Hiring employees or contractors – If hiring help, be aware of labor regulations around overtime pay, discrimination, health insurance, etc. Issues with contractors can also create legal liability.
While handling the legal, financial, and employment aspects of an LLC may sound daunting initially, taking a systematic approach and seeking expert guidance ($150/hr+ for attorneys) can simplify matters over time.
FAQs on Starting an LLC
How much does it cost to start an LLC?
Costs vary by state but often range from $100-$800 for filing fees plus any attorney fees. You may also spend money on licenses, permits, registered agent services, and operating agreement creation.
How long does it take to get an LLC approved?
Approval times range from 1-6 weeks depending on your state. You can start operating as an LLC as soon as your articles of organization are approved.
Do I need a lawyer to start an LLC?
While legal help is not required, attorneys well-versed in small business can help ensure full compliance and identify any issues upfront. They're beneficial for complex or high-risk businesses.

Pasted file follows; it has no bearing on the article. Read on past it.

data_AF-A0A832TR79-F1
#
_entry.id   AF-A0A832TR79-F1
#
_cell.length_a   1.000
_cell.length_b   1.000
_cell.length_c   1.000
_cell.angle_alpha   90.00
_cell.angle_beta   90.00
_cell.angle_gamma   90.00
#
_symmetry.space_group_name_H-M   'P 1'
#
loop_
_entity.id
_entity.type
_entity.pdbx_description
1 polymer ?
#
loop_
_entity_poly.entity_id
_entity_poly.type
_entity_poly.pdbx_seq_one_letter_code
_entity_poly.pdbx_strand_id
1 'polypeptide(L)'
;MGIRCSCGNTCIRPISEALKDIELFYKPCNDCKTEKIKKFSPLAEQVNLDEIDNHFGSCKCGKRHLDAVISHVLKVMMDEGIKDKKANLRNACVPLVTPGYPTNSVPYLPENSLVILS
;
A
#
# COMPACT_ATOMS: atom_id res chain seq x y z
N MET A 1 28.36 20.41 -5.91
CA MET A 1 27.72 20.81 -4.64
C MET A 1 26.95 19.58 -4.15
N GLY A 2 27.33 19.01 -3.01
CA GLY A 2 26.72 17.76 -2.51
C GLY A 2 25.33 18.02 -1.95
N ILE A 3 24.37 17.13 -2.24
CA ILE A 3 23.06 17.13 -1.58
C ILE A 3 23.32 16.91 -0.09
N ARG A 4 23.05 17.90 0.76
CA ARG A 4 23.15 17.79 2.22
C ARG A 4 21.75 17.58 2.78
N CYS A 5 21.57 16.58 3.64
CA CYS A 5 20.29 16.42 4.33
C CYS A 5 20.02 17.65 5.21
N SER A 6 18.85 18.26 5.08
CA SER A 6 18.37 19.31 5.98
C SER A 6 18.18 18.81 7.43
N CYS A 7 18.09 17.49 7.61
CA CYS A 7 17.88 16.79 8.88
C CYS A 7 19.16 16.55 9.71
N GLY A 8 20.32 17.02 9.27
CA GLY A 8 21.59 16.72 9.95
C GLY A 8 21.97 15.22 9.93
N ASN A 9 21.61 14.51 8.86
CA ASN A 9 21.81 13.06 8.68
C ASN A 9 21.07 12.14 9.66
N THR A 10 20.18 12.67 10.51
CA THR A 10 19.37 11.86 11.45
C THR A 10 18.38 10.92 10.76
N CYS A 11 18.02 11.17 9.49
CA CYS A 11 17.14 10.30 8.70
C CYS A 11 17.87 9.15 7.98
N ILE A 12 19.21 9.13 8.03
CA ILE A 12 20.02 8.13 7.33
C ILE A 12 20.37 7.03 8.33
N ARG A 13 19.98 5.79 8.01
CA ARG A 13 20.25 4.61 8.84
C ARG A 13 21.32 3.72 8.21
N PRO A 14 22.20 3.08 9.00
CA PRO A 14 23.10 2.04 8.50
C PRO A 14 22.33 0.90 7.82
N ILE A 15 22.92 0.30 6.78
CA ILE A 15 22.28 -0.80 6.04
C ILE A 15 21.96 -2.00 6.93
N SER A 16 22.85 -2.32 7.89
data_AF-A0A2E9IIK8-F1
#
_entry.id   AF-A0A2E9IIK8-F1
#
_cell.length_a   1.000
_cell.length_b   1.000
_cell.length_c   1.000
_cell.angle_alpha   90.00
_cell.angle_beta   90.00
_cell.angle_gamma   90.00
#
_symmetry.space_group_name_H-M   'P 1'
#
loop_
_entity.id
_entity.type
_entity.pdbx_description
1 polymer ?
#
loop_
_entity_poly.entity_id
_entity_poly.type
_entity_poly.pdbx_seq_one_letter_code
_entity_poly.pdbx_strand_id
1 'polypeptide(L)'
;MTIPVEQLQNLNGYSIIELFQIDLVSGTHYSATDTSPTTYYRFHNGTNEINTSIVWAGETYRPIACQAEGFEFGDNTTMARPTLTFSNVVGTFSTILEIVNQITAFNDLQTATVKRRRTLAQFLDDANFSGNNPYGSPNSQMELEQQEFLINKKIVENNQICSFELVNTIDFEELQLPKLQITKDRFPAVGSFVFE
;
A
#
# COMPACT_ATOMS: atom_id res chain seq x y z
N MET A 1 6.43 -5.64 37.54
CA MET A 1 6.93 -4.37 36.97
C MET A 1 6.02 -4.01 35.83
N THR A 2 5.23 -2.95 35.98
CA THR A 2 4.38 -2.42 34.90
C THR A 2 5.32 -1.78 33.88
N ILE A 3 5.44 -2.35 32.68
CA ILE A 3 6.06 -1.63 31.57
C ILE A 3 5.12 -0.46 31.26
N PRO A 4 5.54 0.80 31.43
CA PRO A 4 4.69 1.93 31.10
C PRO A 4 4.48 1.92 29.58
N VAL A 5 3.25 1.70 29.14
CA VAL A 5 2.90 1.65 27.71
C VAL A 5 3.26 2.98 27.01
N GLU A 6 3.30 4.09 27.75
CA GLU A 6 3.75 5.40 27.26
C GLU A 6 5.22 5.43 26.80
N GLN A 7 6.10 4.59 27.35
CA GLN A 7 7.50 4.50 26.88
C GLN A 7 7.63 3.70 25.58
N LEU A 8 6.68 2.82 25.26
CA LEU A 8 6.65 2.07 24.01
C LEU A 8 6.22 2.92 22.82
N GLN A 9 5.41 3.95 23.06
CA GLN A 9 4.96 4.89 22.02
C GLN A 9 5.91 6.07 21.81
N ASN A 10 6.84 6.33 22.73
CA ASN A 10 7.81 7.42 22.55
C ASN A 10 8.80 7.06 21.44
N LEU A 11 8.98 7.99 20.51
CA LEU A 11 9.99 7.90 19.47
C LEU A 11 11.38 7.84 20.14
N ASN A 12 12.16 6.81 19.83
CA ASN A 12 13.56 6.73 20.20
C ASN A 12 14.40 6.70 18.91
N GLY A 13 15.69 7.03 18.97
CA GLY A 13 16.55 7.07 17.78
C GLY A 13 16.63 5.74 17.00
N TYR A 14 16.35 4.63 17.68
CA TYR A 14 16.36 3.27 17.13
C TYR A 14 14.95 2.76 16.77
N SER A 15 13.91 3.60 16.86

What paperwork is required to start an LLC?
The articles of organization form is the key document that must be filed with your state to register your LLC. An operating agreement is also recommended to codify financial processes, ownership, and decision-making rules between members.
Can I form an LLC in any state?
You can form your LLC in any state, regardless of whether you live or operate there. However, registering in a state where you have physical business operations helps avoid extra annual fees ($25+ per state) and potential tax complications.
How often do I need to hold member meetings?
Most states require formal member meetings at least once per year. Document key information like voting outcomes, attendance, decisions made, and any other major updates.
Do I need a registered agent?
Appointing a registered agent (avg $100-$200 per year) who can receive important legal documents on behalf of your LLC can make compliance easier. They will address any issues if you move or aren't available.
This article was written by the small business experts at ChamberofCommerce.org to equip budding entrepreneurs with the key information needed to successfully form an
LLC. Our knowledgeable team stays on top of the latest regulations and compliance requirements to provide the most up-to-date, actionable advice.